Women tend to get the shorter end of the stick when it comes to facing midlife.
Whether it’s due to our changing hormones or our changing roles as a woman during this period, the crisis can hit us hard.
While about 8.3 million people suffer from anxiety and depression in the UK, women are twice as likely to fall victim.
Many men think they’d be happier if they make a big change in midlife and feel a desire for pleasure and thrills, the classic ‘midlife crisis’. They make impulsive decisions, only to regret them later.
Women, on the other hand, tend to lose our sense of excitement as we feel the pressures of adulthood are weighing us down.
Weight gain, fine lines and sagging skin, lethargy, blue moods and heat intolerance add to our feelings of insecurity.
Anxiety destroys harmony as we lose the ability to speak for ourselves and the people around us productively. Frustration with a partner, resentment towards an in-law, confronting a rude teenager, news of a back-stabbing colleague, aggressive calls or emails — when anxiety is sky-rocketing these situations can flip the brain into thinking it’s all personal.
It is no wonder so many of us and our relationships come near to breaking point. For me, one of the greatest anxiety-riddled hurdles to scale has been the constant worry of becoming a husk of my former self and the selfish question of what’s left?
Susannah (pictured) says trying not to worry about things she can’t change along with practising her own take on meditation has helped to transform her life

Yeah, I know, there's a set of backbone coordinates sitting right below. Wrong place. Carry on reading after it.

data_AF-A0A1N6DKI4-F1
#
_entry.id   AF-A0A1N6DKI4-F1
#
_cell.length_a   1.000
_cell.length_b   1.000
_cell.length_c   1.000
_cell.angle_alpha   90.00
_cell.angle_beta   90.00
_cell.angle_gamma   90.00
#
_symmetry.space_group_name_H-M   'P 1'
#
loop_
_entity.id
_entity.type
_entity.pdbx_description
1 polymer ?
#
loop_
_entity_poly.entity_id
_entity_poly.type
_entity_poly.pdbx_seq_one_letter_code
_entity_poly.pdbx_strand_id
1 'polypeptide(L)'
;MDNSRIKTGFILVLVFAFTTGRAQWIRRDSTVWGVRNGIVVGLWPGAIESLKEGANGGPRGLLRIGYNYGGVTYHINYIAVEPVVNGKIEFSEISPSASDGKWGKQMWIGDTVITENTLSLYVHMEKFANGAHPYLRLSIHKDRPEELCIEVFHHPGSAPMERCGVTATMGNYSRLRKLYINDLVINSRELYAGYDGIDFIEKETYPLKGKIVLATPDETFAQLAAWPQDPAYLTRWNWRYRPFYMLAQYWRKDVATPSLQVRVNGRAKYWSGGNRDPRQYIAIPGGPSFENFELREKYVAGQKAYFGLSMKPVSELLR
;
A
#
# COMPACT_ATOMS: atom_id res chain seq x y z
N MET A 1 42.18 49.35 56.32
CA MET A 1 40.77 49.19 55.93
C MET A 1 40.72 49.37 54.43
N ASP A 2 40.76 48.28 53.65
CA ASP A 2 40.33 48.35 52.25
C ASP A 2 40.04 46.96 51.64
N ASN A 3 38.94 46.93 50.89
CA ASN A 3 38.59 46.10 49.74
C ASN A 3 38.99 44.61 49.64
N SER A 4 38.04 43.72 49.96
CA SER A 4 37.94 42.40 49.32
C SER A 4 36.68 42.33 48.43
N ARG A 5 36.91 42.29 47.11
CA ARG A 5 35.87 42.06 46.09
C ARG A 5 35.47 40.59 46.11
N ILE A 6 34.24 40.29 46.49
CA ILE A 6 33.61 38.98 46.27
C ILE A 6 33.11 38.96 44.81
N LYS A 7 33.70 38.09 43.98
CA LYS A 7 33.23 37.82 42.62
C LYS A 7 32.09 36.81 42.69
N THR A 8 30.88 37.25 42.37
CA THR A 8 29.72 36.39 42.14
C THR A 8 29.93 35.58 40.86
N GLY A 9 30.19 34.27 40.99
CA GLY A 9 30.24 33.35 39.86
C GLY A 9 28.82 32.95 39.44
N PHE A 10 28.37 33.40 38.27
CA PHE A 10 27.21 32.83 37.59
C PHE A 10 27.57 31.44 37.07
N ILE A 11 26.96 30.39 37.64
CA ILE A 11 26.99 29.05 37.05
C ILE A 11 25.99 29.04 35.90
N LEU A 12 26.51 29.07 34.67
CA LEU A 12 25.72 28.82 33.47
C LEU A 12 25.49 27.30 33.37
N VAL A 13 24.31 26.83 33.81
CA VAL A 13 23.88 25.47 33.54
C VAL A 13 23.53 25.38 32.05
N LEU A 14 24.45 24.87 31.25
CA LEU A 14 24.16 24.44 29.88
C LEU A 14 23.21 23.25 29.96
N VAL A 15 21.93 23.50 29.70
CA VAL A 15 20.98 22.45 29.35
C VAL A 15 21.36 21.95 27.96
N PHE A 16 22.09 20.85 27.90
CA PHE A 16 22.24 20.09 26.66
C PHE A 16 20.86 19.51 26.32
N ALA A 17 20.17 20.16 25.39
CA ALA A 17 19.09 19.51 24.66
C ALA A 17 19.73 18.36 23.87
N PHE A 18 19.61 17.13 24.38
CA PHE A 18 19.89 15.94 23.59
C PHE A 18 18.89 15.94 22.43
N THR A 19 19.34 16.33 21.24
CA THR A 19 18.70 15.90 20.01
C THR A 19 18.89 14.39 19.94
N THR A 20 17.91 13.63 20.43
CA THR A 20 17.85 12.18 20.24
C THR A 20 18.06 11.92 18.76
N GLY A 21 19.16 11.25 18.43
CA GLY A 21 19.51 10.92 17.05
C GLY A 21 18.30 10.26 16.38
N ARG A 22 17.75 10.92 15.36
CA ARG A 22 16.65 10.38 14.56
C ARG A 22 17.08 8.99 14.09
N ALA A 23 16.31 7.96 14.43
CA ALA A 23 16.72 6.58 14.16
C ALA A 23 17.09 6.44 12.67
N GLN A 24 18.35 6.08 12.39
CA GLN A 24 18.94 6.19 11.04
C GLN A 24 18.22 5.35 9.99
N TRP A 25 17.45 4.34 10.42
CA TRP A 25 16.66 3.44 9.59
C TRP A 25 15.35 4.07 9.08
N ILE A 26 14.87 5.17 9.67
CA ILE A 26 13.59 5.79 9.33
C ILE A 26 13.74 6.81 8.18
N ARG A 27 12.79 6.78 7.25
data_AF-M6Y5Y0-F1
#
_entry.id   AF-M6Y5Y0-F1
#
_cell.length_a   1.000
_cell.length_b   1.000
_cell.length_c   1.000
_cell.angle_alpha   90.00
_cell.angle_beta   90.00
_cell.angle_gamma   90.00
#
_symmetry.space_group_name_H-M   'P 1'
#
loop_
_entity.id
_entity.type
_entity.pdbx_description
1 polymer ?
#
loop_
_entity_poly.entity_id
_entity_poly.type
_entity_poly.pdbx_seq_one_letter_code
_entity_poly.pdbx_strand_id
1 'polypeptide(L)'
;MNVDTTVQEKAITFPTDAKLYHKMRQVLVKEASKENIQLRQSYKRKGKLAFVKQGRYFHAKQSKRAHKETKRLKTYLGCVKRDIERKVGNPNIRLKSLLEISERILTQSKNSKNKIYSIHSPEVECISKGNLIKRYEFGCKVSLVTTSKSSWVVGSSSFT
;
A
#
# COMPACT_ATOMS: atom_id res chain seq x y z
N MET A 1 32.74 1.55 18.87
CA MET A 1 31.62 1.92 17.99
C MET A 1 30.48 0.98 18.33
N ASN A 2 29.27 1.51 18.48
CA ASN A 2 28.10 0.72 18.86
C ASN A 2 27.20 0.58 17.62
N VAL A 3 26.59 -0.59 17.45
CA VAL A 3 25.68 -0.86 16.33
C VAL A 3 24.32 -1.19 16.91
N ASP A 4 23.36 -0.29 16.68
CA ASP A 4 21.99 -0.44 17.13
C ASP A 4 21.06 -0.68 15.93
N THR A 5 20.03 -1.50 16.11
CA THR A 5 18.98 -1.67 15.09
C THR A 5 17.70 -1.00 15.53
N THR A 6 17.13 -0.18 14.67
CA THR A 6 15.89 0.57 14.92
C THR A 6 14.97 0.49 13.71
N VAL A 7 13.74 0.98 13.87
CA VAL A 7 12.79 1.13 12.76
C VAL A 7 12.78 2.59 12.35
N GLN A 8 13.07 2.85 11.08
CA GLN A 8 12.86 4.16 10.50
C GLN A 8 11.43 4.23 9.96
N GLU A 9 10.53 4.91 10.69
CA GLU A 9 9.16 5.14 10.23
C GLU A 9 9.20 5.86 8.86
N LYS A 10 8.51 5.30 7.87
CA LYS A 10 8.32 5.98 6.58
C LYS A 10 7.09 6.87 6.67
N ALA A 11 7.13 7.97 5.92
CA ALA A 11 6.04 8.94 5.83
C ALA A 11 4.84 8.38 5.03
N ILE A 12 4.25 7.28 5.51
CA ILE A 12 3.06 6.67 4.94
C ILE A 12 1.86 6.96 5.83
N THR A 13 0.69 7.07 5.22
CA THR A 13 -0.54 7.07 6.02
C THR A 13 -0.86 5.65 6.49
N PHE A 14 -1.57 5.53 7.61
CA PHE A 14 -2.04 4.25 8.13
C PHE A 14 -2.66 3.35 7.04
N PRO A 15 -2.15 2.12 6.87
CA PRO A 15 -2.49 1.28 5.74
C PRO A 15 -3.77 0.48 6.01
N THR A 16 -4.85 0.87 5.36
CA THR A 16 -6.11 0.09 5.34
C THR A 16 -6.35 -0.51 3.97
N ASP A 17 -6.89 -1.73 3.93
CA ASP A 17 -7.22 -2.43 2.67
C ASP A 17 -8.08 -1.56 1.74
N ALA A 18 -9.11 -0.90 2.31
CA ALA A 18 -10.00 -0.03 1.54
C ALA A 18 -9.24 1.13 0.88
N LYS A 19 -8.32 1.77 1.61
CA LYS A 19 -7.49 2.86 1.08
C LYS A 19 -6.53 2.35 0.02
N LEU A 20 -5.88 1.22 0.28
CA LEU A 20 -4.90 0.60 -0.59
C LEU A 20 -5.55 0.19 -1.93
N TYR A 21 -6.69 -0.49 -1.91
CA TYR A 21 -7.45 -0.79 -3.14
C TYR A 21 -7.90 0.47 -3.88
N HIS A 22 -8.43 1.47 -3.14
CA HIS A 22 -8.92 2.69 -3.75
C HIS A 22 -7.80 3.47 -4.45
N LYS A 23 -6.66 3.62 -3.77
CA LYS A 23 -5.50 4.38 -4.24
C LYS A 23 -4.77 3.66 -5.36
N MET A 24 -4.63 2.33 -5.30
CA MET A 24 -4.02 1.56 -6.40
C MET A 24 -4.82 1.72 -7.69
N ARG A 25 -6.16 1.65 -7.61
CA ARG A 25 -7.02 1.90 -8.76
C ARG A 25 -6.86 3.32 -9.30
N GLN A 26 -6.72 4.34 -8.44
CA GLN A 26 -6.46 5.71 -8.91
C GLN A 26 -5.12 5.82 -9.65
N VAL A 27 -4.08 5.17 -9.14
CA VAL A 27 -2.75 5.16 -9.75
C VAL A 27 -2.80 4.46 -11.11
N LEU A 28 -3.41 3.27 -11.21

I joke with my children to put a pillow over my head when I become a burden to them and made a loose promise with a friend to go on a rebellious world tour when we turn 75.
As for the brain, I feel blessed to have found a second career in writing, a passion that I pray will keep my mind agile until the end. More than that, it has become my safe place where my anxiety has no part.
Today I have learnt to accept that stomach-churning hit of fear when I wake; to see it as a feeling that will pass by mid-morning.
I use it as a motivator. Fear kicks me out of bed and gets my lardy arse into gear. I’ve learned that inaction feeds the monster but action pummels it to pulp.
Before I get going with my day, I make peace with myself by practising my own take on meditation. This involves running through a gratitude list in my mind. There is so much to be grateful for and I’m a firm believer that what you take for granted can be taken away.
I try not to worry about the things I can’t change and focus on improving the things I can. Then I’m up and get on with my day. These small steps are not a cure, but they have truly transformed my life.
What helps anxiety? No coffee after lunch and a magnesium soak
Tanith Lee, aka Mrs Menopause, is a nutritional therapist and fitness trainer who specialises in women’s health in mid-life. These are her top five tips for beating menopause anxiety.
- Magnesium is known as Mother Nature’s relaxant because of its calming properties for both body and mind. But many women in midlife tend to be magnesium depleted because their busy lives mean they often aren’t eating properly.